Money – how gauche to talk openly about this subject, and yet given how incredibly important funding is in determining where we pick to go to grad school and in influencing our graduate school career, money is something that absolutely has to be talked about.
I would really appreciate it if everyone who reads this posts a comment. I want to be able to talk about funding and academia in depth, but I cannot do that if I do not know all of the different funding options that are relevant to y’all’s experience. I don’t want anything that can compromise your identity; broad statements about “fellowship” or “external” funding, teaching assistantships, research assistantships, and paying out of pocket are all going to be immensely helpful. Heck, there are probably funding options that I am not aware of. Any and all help would be most appreciated and would be put to use in a future post in the Women in Academia series. People of Persephone, you’re my only hope!
Maybe I should give you a better reason to comment with such personal details. Funding is how I, and many others, decided which graduate program to attend. As many states face huge budget crunches, funding situations are becoming more tenuous. Programs are looking to milk all the value they can out of every penny. Students are being dissuaded by increasing tuition. For those lucky enough to get financial support, there’s an increasing lack of stable support, or in a lot of cases, lack of any support. External fellowships are being cut. TAships (Teaching Assistantships) are being cut. There’s a lot of uncertainty right now.
The uncertainty is a beast of its own. There is a special type of worry that starts to build when you’re not sure how exactly you’ll be able to support yourself, let alone afford the costs incurred with classes and research. And when that’s placed against the knowledge of how much time, money, effort, and tears have already been sunk in this degree, knowing that completing the degree is in limbo is just a terrifying thing.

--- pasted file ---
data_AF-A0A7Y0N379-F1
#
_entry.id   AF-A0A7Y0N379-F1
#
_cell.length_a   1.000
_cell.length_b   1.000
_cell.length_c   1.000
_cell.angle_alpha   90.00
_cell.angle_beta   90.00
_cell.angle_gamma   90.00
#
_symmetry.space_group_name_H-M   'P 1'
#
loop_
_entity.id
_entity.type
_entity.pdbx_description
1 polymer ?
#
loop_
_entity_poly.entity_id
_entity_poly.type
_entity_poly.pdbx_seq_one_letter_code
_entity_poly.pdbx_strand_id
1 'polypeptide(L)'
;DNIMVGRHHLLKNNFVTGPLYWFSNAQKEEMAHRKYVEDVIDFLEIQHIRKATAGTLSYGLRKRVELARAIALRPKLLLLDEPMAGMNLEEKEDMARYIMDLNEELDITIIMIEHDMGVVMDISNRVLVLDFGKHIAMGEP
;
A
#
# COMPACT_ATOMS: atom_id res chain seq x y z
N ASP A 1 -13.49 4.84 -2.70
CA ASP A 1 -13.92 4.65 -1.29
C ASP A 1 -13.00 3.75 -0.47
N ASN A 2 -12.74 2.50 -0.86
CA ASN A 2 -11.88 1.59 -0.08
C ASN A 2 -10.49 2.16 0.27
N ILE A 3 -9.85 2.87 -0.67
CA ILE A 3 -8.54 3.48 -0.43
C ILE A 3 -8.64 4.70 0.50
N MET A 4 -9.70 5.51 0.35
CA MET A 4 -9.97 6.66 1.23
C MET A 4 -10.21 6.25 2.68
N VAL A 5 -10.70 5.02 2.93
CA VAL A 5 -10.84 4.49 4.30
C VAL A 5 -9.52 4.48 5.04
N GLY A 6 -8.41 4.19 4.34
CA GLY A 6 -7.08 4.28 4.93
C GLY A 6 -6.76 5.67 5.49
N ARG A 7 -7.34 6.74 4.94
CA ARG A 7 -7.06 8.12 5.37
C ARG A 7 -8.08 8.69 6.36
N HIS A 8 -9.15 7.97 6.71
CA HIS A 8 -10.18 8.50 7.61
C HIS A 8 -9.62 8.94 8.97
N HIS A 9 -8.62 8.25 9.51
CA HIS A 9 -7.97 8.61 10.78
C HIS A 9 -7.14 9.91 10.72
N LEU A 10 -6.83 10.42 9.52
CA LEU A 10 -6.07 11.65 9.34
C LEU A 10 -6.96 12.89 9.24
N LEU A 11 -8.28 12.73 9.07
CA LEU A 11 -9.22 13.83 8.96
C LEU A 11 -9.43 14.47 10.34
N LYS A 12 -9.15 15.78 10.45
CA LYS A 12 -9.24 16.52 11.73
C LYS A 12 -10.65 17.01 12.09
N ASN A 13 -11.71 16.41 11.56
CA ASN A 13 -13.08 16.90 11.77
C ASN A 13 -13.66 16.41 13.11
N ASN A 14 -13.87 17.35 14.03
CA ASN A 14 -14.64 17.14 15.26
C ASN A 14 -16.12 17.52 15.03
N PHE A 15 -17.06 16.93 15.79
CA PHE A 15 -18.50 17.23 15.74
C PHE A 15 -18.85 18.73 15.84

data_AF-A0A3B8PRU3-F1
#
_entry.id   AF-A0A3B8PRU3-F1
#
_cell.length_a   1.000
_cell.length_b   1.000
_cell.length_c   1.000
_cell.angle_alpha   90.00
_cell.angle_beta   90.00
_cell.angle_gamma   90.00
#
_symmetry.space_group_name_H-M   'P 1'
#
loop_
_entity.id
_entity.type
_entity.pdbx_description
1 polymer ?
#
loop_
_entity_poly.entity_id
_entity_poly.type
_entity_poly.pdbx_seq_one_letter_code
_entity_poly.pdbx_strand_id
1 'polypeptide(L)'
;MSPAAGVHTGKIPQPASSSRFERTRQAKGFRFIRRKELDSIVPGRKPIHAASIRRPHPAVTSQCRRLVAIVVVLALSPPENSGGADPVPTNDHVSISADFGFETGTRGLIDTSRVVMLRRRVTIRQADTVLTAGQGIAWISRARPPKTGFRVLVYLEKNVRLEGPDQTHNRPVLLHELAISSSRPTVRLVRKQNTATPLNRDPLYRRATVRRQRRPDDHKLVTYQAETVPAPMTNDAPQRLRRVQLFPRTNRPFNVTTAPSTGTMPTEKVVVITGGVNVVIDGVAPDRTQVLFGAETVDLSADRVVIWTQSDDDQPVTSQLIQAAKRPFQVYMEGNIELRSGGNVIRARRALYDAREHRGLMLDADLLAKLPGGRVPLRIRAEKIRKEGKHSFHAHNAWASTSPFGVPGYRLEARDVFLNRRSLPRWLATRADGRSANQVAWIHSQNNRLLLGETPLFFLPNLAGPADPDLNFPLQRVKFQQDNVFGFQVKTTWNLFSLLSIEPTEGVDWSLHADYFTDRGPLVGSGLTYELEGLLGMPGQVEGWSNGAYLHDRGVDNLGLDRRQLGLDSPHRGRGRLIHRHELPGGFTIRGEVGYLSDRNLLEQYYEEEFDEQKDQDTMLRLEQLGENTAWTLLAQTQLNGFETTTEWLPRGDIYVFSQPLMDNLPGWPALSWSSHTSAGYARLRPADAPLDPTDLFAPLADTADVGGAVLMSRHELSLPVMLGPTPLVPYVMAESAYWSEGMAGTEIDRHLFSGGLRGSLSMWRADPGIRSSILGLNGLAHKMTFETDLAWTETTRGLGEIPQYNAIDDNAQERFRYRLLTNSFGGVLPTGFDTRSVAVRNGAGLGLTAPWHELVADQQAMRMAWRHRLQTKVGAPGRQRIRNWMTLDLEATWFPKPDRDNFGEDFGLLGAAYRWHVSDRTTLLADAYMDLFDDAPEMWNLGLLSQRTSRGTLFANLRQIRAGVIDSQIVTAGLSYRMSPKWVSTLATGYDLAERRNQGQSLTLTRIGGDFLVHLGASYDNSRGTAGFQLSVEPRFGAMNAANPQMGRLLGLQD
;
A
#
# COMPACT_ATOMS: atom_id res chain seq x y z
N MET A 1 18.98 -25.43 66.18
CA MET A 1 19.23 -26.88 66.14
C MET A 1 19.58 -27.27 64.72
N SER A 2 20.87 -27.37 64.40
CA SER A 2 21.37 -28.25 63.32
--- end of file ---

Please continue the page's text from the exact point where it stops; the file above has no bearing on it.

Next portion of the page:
Even if there is funding, each of the different funding sources have their own costs. I’d like to take them each, one and one, in the following week(s). In many cases, for instance with TAships and RAships, there is a trade off between time and money. Sure, you can work, but that’s less time you can spend on your dissertation and more time you’ll have to stay in grad school. Spending more time in grad school just prolongs the process and increases the chances of running into funding icebergs.
Money causes so much stress, and yet, at least from my experiences, it is one of the few things that people do not commiserate with each other over. Yes, there are obtuse mentions to funding, jokes about being “grad student poor,” and constant droning about the time TAships take away from working on one’s own dissertation, but there’s little talk about the toll these things take.
Let me get the ball rolling: in my time in grad school, I’ve received funding from the program (not unusual in the sciences), from TAships and from external fellowships. I have less time left on my fellowship than I have time in graduate school. Soon, I’ll be out and about, looking for more funding.
So, how about you? What’s your situation?